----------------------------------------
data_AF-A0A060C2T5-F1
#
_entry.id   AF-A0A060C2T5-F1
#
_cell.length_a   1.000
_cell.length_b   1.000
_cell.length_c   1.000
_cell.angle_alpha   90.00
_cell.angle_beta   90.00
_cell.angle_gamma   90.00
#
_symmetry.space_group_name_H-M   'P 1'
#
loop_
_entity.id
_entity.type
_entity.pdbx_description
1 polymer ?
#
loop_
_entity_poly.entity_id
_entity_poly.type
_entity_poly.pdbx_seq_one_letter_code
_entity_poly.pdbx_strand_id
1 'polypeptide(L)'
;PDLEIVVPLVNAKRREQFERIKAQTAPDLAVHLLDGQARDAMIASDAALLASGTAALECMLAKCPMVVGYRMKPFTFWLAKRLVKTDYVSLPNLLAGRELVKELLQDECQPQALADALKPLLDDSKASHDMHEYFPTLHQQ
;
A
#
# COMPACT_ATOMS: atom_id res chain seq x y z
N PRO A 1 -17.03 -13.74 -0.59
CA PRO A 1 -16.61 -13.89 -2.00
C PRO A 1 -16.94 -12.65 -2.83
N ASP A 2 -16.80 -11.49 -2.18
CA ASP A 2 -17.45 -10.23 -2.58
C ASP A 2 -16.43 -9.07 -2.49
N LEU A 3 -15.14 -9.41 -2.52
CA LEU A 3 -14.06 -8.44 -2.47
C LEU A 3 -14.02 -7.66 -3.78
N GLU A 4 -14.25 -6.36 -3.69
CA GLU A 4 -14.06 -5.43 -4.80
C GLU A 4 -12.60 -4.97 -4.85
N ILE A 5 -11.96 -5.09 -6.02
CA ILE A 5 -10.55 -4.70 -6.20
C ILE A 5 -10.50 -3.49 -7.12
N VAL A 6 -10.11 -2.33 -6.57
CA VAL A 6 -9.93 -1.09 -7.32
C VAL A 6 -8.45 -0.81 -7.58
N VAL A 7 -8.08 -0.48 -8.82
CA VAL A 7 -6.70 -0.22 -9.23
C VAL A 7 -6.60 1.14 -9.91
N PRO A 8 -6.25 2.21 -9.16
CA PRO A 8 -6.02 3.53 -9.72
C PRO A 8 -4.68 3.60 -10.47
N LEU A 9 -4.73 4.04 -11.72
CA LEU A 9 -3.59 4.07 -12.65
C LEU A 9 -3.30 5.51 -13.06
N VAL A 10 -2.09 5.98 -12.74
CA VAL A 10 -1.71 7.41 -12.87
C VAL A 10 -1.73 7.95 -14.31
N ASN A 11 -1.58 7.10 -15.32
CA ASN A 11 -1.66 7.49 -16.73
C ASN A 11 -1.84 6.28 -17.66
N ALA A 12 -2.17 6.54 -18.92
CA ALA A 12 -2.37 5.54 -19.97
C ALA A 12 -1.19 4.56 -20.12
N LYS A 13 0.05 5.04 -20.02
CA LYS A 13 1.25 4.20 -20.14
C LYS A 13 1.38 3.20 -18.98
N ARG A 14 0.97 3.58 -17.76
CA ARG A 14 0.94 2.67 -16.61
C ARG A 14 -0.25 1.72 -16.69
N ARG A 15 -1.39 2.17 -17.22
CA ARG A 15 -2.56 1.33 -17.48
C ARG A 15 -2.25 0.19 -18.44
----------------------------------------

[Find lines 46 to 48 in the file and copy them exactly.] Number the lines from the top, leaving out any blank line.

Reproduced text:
N VAL A 6 -10.11 -2.33 -6.57
CA VAL A 6 -9.93 -1.09 -7.32
C VAL A 6 -8.45 -0.81 -7.58